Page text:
When you need medication infusions, you want to ensure that your caregiver follows the best practices to ensure that you stay as safe as possible. These medications must be given safely and efficiently, whether for chemotherapy treatments or just vitamins.
Some infusions are given via a peripheral vein (needle in the arm), while others can be administered via a central line (a needle in a large vein). Nurses and doctors must know how to use these methods and maintain sterility when preparing them correctly. Many states have regulations on properly administering medications and what safety standards should be met. Unfortunately, many violations occur when it comes to this process.
What is IV Infusion
IV infusion is the process of administering fluids, medications, or blood products through a needle or catheter directly into a vein. IV infusion is to provide hydration, deliver drugs or blood products, and correct electrolyte imbalances. It must be done properly if you are undergoing this procedure at home or in a hospital setting. IV therapy is not just meant for hospitalized patients since some do it at home.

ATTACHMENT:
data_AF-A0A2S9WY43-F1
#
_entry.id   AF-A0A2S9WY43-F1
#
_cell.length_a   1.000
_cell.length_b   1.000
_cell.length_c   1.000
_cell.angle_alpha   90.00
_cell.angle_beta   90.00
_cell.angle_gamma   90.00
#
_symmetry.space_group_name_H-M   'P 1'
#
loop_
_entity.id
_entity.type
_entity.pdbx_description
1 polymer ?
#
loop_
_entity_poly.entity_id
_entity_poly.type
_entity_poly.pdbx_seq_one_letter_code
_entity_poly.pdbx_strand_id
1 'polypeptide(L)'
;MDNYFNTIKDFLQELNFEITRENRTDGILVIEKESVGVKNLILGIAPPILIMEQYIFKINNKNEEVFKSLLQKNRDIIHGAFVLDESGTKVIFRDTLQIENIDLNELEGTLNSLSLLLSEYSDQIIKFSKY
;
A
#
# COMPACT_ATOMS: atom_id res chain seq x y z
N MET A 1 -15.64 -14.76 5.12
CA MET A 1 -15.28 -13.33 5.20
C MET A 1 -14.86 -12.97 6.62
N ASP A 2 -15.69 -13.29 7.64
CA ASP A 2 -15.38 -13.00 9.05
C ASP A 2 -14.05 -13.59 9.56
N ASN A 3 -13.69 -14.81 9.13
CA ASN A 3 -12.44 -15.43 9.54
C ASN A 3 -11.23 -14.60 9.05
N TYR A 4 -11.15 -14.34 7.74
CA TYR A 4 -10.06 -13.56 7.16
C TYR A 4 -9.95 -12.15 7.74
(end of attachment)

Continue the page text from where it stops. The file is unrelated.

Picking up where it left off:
The needlestick injury rate for intravenous therapy ranges between 20.9 – 22%. You can reduce these risks by choosing well-trained professionals who follow established safety guidelines during treatment sessions.
What are Safe Practices When Giving an IV Infusions?
Many safety standards must be followed to ensure this therapy is administered correctly and safely. Any intravenous team member needs to know these regulations before beginning work with an intravenous infusion. Here are just a few of the most important: